Fedora Linux Had A Heck Of A Year, Finally Hitting Wayland-By-Default
Written by Michael Larabel in Fedora on 26 December 2016 at 05:39 PM EST. 21 Comments
FEDORA --
This year was quite the year for Red Hat's Fedora Linux distribution with the successful launches of Fedora 24 and 25, the later including Wayland-by-default with the Fedora 25 Workstation release atop GNOME 3.22.

Fedora had a terrific year I'd say, and I'm sure most of you would agree. Fedora 25 is quite a polished and reliable release even with switching to Wayland by default. I am running Fedora 25 on my most-main system and couldn't be happier with it and its solid Linux desktop experience. Looking ahead to next year, GNOME 3.24 is shaping up nicely, Flatpak continues advancing, and F26 is shaping up nicely so far. Though there still is talk of potentially shifting Fedora to doing one major release per year rather than two, but those negotiations are ongoing.

Of the 98 original Fedora news articles on Phoronix, here are the top 12 for those wishing to look back at the past year:

Fedora 25 To Run Wayland By Default
The Fedora Engineering and Steering Committee has decided that Fedora 25 will indeed ship the Wayland display server by default in place of the X.Org Server.

Other Linux Distributions Begin Analyzing Clear Linux's Performance Optimizations
Fedora developers appear to be among those analyzing Intel's Clear Linux distribution for the performance optimizations made.

How Close Fedora Is To Switching To Wayland By Default
Kevin Martin of the Fedora Project has written a status update and plan around the "Wayland-by-default" effort for Fedora 24.

Wayland Will Not Be The Default Of Fedora 24
While many developers worked very hard in trying to make GNOME 3.20 default to using Wayland rather than an X.Org Server for Fedora 24, this isn't going to happen.

Fedora 25 Is Quite Possibly My Most Favorite Release Yet
Fedora 25 is nearly complete and this afternoon we should hear whether it will be formally released next week or will be pushed back one week due to lingering blocker bugs. Nevertheless, I've been carrying out more tests on Fedora 25 on multiple test systems in recent days and have been very pleased with this Red Hat sponsored Linux distribution release.

The Latest Reason Fedora Users Have Been Questioning Firefox As The Default Browser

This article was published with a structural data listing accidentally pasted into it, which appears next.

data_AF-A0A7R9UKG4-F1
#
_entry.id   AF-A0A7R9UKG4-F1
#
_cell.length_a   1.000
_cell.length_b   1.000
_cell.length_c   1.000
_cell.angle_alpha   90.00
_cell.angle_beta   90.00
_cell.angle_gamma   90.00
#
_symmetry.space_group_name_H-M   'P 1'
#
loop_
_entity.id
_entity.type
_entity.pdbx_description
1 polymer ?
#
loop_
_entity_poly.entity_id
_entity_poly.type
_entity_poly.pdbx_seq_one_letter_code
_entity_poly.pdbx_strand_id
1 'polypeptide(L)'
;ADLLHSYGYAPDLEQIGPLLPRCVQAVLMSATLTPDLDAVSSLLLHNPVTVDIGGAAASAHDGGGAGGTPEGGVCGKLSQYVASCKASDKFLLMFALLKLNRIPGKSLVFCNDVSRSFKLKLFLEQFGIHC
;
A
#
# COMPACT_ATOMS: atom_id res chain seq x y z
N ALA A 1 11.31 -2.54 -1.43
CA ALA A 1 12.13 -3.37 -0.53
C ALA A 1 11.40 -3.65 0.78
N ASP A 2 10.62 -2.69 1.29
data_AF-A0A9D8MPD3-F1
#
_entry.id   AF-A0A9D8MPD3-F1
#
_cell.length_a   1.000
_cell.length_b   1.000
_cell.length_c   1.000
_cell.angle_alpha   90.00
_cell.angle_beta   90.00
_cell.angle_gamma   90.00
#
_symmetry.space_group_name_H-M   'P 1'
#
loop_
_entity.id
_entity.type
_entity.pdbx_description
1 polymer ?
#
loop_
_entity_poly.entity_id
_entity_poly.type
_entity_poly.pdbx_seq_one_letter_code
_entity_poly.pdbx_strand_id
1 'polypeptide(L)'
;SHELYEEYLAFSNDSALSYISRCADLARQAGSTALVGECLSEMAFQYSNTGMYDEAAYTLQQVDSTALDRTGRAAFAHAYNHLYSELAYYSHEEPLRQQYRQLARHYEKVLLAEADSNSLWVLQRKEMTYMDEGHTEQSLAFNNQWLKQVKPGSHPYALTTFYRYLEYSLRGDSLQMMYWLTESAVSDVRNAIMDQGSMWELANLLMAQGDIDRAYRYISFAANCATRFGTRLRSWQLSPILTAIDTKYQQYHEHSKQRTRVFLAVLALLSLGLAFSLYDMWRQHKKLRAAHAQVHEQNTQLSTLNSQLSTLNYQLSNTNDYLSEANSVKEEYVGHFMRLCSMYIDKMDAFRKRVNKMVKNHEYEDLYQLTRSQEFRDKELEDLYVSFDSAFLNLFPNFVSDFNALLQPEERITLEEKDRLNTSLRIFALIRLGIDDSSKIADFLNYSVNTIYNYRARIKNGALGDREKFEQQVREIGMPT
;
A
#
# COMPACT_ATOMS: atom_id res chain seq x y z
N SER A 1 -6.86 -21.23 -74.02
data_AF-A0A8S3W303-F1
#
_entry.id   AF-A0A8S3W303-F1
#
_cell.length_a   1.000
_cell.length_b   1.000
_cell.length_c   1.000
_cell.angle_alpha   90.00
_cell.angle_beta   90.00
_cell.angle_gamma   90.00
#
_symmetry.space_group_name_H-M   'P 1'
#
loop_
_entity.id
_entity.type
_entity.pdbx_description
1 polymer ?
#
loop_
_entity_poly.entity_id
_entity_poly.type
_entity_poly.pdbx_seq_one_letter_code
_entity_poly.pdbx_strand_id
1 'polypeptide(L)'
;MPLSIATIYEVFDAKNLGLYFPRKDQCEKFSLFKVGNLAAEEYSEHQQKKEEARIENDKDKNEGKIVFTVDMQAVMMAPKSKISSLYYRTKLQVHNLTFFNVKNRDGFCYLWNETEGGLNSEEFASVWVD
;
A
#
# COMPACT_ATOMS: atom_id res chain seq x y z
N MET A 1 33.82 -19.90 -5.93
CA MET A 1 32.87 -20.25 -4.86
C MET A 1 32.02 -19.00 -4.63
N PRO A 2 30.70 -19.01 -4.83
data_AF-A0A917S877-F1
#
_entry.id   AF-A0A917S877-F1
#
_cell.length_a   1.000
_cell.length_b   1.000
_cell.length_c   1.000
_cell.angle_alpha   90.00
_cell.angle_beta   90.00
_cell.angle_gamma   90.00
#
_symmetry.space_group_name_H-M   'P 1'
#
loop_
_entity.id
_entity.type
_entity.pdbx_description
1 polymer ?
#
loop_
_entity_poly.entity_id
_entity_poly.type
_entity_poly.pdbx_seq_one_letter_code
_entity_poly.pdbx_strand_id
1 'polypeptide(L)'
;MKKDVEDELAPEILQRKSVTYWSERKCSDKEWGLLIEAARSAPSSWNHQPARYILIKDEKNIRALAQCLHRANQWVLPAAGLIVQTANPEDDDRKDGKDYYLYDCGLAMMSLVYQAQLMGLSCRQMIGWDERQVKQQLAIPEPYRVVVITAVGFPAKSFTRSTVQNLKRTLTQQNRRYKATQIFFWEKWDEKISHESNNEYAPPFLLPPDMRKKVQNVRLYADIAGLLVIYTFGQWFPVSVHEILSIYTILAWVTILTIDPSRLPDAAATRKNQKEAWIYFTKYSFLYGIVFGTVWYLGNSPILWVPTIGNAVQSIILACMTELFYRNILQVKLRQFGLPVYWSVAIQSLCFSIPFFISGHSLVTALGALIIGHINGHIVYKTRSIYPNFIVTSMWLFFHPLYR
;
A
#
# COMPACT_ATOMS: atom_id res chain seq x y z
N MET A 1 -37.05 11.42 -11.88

The default browser choice for Fedora Linux has once again come up again with some no longer even wanting Mozilla Firefox within the package repository.

Fedora's DNF Is Slowly Being Ported From Python To C
Fedora's DNF package manager that succeeded Yum officially in Fedora 22 is going to go through a phase of being rewritten in C.

Fedora 25 Officially Released & I Highly Recommend It
Fedora 25 was officially christened this morning.

Fedora 24 Will Indeed Be Delayed, Plus Other Changes Approved
Yesterday we wrote that it looked like Fedora 24 would be delayed and today FESCo has indeed decided to delay the release and all milestones by two weeks, but it might be dragged out to at least three weeks.

The Wayland Issues Still Ahead Of Fedora 24
Back in January was a look at How Close Fedora Is To Switching To Wayland By Default while this week is an update about the issues still blocking Wayland from becoming the default for the next Fedora Linux release.

Fedora 25 Wayland Tests A Success, On Track For Stable
Fedora 25 has been on track for using Wayland by default and that was better firmed up this week. It's looking almost definitive next month's Fedora 25 release will be the first tier-one desktop Linux distribution using Wayland by default on supported systems in place of the X.Org Server.

It's Possible To Run Fedora 23 With A Mainline Kernel On A Tegra K1 Chromebook
While the Tegra X1 is the latest and greatest NVIDIA SoC out there currently, the Tegra K1 is still a beauty and still blows many other ARM boards out of the water. If you happen to have a Tegra K1 Chromebook, it's possible to get Fedora 23 Linux running on there with a bit of hacking.
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Michael Larabel is the principal author of Phoronix.com and founded the site in 2004 with a focus on enriching the Linux hardware experience. Michael has written more than 10,000 articles covering the state of Linux hardware support, Linux performance, graphics drivers, and other topics. Michael is also the lead developer of the Phoronix Test Suite, Phoromatic, and OpenBenchmarking.org automated benchmarking software. He can be followed via Twitter or contacted via MichaelLarabel.com.

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